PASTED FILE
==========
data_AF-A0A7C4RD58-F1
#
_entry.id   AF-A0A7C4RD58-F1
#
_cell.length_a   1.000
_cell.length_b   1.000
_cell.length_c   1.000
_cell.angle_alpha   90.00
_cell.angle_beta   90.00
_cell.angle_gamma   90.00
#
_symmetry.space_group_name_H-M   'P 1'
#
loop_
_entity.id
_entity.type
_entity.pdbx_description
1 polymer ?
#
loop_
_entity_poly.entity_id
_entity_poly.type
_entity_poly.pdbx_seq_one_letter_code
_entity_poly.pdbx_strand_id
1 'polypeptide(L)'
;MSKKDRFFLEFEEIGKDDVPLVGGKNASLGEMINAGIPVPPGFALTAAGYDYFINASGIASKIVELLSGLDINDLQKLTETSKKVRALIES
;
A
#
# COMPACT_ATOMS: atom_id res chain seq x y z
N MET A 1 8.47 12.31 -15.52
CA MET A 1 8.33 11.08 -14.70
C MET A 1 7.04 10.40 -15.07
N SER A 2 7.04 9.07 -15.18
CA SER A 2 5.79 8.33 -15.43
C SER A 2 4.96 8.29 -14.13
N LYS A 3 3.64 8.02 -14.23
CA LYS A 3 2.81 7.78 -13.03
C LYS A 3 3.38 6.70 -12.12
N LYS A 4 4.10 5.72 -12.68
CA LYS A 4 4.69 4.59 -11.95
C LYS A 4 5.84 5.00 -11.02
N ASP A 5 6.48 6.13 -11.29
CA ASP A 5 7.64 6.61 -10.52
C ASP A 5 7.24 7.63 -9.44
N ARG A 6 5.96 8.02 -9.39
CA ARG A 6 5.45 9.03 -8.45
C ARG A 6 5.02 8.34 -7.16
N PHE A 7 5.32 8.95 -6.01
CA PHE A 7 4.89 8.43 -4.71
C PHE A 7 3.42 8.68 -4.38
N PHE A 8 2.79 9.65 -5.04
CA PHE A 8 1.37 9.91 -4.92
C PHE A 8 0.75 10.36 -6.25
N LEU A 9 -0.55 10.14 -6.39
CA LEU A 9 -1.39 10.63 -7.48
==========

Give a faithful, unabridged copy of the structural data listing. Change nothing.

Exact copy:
data_AF-A0A7C4RD58-F1
#
_entry.id   AF-A0A7C4RD58-F1
#
_cell.length_a   1.000
_cell.length_b   1.000
_cell.length_c   1.000
_cell.angle_alpha   90.00
_cell.angle_beta   90.00
_cell.angle_gamma   90.00
#
_symmetry.space_group_name_H-M   'P 1'
#
loop_
_entity.id
_entity.type
_entity.pdbx_description
1 polymer ?
#
loop_
_entity_poly.entity_id
_entity_poly.type
_entity_poly.pdbx_seq_one_letter_code
_entity_poly.pdbx_strand_id
1 'polypeptide(L)'
;MSKKDRFFLEFEEIGKDDVPLVGGKNASLGEMINAGIPVPPGFALTAAGYDYFINASGIASKIVELLSGLDINDLQKLTETSKKVRALIES
;
A
#
# COMPACT_ATOMS: atom_id res chain seq x y z
N MET A 1 8.47 12.31 -15.52
CA MET A 1 8.33 11.08 -14.70
C MET A 1 7.04 10.40 -15.07
N SER A 2 7.04 9.07 -15.18
CA SER A 2 5.79 8.33 -15.43
C SER A 2 4.96 8.29 -14.13
N LYS A 3 3.64 8.02 -14.23
CA LYS A 3 2.81 7.78 -13.03
C LYS A 3 3.38 6.70 -12.12
N LYS A 4 4.10 5.72 -12.68
CA LYS A 4 4.69 4.59 -11.95
C LYS A 4 5.84 5.00 -11.02
N ASP A 5 6.48 6.13 -11.29
CA ASP A 5 7.64 6.61 -10.52
C ASP A 5 7.24 7.63 -9.44
N ARG A 6 5.96 8.02 -9.39
CA ARG A 6 5.45 9.03 -8.45
C ARG A 6 5.02 8.34 -7.16
N PHE A 7 5.32 8.95 -6.01
CA PHE A 7 4.89 8.43 -4.71
C PHE A 7 3.42 8.68 -4.38
N PHE A 8 2.79 9.65 -5.04
CA PHE A 8 1.37 9.91 -4.92
C PHE A 8 0.75 10.36 -6.25
N LEU A 9 -0.55 10.14 -6.39
CA LEU A 9 -1.39 10.63 -7.48